Gear-tooth Stresses at High Speed

By W. A. Tuplin, D.Sc., hU.Mech.E.*
If the maximum stress in a gear tooth is less than the fatigue limit for the material, the tooth should
not fail even after indefinitely prolonged running. Fatigue data collected in the conventional way
suggest that the number of stress cycles required to cause failure of a given material under any
particular stress is independent of the time-rate of repetition of stress. It should therefore be permissible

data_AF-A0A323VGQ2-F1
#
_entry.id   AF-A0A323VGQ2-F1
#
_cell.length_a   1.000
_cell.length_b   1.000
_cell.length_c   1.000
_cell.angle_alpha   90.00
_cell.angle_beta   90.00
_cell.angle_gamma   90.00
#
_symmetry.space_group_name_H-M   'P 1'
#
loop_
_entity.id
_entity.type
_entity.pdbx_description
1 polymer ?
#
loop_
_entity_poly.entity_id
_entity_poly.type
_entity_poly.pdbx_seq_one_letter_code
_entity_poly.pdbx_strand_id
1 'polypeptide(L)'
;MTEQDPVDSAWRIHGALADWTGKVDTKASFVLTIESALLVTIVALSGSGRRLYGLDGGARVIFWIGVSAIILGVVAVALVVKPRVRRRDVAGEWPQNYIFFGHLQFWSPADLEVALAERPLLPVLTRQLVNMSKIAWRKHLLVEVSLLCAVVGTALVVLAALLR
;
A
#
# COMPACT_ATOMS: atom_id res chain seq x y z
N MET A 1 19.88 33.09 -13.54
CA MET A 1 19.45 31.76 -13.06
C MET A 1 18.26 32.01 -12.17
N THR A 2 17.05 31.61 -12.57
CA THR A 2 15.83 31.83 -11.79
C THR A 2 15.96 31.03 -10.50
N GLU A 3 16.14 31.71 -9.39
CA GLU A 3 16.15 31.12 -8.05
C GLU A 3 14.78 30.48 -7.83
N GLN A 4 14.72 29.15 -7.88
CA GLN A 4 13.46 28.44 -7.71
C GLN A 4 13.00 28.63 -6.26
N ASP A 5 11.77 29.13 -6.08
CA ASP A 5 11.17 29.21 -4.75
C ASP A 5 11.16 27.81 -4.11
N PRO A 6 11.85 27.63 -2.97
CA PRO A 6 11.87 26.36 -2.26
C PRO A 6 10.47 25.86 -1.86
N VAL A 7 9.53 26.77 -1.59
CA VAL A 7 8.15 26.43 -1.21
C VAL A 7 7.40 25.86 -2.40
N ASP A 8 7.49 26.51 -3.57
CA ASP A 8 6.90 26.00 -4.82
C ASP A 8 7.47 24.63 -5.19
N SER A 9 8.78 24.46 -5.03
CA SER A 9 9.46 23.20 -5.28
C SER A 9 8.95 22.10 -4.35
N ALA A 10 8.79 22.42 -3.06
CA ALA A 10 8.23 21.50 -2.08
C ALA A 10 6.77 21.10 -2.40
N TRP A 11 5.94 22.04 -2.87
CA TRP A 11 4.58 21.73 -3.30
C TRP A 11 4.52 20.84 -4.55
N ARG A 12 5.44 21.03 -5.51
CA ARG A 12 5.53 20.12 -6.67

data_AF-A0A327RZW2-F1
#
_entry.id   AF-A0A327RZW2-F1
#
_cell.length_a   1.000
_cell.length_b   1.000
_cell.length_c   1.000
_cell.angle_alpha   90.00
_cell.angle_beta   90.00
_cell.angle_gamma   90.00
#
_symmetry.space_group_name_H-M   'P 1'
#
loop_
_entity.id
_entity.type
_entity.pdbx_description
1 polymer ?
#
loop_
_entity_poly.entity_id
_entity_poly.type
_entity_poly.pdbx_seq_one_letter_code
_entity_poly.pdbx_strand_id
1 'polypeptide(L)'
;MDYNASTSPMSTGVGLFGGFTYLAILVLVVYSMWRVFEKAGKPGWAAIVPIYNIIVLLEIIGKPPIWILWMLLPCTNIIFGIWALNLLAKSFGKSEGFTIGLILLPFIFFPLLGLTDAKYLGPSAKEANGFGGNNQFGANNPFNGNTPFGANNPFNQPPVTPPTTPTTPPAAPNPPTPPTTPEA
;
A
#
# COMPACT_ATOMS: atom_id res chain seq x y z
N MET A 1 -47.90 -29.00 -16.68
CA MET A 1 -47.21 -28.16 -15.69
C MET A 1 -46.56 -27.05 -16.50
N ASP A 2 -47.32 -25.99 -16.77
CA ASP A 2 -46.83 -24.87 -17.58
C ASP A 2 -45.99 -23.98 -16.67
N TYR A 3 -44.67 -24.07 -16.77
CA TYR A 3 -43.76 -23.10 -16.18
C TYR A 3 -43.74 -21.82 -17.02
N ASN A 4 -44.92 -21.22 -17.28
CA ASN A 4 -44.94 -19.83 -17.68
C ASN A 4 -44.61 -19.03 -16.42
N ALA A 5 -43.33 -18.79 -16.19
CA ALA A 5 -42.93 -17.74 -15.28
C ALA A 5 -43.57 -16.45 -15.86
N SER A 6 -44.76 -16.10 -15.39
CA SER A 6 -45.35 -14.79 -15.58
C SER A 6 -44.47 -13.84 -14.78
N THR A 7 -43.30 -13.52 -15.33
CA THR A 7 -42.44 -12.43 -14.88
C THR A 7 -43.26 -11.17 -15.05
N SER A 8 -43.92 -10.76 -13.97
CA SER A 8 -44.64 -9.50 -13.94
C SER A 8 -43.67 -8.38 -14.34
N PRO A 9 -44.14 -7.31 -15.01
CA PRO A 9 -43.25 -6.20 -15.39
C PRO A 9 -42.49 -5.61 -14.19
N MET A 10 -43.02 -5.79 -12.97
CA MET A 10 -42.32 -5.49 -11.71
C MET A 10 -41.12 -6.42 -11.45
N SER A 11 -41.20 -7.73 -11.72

to stress any gear, regardless of its speed, up to the fatigue limit for its material, although
this suggestion may need modification because of the difference between the impulsive nature of the
application of load to a gear, and the more gradual fluctuation of stress in a fatigue-test specimen of
the Wohler type.

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